Wednesday, 20 April 2011

The cranes

The western wind has blown but a few days;
Yet the first leaf already flies from the bough.

On the drying paths I walk in my thin shoes;
In the first cold I have donned my quilted coat.

Through shallow ditches the floods are clearing away;
Through sparse bamboos trickles a slanting light.

In the early dusk, down an alley of green moss,
The garden-boy is leading the cranes home.

Po Chü-i (772-846) trans: A Waley


  1. I wondered what was meant by "leading the cranes home"? Are they easily tamed? I tried googling the problem, but was innundated with too many leading crane manufacturers to get very far quickly!

  2. Dominic, I think the boy is bringing the birds in out of the approaching bad weather. Perhaps he couldn't reach them before because of the floods. They must be easily tamed, like geese. Perhaps can catch fish with them. They might be on lines.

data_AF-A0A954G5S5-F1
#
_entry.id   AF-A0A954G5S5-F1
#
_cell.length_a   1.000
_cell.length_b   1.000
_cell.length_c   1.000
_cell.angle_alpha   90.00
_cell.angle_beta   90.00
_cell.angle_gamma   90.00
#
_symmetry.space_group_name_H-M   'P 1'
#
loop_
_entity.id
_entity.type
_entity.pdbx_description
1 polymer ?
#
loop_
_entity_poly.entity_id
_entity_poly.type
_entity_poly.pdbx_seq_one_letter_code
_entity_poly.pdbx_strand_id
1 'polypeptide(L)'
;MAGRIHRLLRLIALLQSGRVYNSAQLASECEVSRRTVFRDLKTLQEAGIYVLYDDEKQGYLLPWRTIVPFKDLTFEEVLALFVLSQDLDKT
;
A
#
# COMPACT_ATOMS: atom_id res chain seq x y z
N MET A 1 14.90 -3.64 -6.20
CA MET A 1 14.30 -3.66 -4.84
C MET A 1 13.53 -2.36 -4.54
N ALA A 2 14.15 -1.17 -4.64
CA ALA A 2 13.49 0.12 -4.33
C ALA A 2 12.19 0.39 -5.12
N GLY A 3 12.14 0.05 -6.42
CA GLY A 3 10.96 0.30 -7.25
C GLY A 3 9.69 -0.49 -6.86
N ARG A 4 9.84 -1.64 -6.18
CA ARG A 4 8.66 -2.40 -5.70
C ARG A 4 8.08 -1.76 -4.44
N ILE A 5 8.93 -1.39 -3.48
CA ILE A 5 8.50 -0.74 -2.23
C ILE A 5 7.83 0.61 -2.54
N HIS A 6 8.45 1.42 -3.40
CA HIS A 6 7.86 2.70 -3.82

Men often worked with birds in olden times. In rural China they probably still do. I've seen films of Chinese cormorants fishing with men.

    In Africa the Masai follow a bird which will find honey for them on condition they give it a piece of honeycomb when the have smoked out the bees. The bird has a special song it sings only to men.

    I have written a poem "the yellow crane" about the crane problem you describe :)

  3. On youtube there's a video: "crane eats largemouth bass whole"

  4. I think the crane is almost 'worshipped' in parts of rural China. There is something so beautiful about these Chinese poems - and I can't put my finger on what it is.

  5. Thanks Pat and John,

    Perhaps these Chinese poems have some ancient mystical quality, Pat?


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